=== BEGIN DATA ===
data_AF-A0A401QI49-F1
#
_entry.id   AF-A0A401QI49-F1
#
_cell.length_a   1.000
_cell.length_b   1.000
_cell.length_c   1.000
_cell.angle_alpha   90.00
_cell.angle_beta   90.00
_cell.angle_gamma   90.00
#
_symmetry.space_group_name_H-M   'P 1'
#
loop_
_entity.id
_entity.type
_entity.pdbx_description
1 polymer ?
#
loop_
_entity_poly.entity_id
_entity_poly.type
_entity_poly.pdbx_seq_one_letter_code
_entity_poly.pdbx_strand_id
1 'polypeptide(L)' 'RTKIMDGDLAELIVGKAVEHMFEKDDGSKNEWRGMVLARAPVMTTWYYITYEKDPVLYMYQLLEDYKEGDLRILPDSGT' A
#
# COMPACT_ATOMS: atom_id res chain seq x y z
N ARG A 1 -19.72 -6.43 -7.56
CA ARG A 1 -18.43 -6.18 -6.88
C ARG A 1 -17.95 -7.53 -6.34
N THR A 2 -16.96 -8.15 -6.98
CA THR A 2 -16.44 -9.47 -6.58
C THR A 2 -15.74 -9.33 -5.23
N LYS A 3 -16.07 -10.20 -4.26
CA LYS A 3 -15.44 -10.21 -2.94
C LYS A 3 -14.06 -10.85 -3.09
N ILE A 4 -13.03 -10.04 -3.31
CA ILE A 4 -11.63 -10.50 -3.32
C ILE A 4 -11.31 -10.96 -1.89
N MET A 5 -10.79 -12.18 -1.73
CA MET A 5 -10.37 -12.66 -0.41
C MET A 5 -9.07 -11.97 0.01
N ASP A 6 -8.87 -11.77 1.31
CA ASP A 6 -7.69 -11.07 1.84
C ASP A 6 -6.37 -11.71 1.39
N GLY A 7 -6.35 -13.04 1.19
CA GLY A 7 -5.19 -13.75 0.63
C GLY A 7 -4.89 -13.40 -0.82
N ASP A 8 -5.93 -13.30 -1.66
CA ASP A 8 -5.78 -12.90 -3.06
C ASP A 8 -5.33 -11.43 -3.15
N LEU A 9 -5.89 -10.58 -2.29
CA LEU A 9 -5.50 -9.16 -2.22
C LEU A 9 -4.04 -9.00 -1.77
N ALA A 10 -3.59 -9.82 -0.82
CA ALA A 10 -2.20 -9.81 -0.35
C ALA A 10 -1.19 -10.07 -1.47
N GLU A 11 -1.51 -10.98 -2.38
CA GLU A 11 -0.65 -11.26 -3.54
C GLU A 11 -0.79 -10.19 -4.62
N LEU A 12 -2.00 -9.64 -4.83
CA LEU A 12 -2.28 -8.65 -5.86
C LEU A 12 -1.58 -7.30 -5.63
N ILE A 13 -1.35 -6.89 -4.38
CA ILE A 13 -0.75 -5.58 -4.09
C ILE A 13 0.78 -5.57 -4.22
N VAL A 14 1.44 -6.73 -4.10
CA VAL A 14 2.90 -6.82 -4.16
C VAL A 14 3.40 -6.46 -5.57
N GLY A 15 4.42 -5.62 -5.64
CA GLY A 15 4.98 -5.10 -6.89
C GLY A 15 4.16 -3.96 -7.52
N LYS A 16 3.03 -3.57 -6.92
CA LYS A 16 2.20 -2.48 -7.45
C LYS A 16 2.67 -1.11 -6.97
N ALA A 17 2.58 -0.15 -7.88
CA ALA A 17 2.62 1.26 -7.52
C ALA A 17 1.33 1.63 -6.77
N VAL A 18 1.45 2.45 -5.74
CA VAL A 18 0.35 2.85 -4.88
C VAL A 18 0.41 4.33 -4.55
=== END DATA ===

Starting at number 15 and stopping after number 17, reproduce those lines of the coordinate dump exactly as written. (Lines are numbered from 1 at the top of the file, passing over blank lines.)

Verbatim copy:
_entity.id
_entity.type
_entity.pdbx_description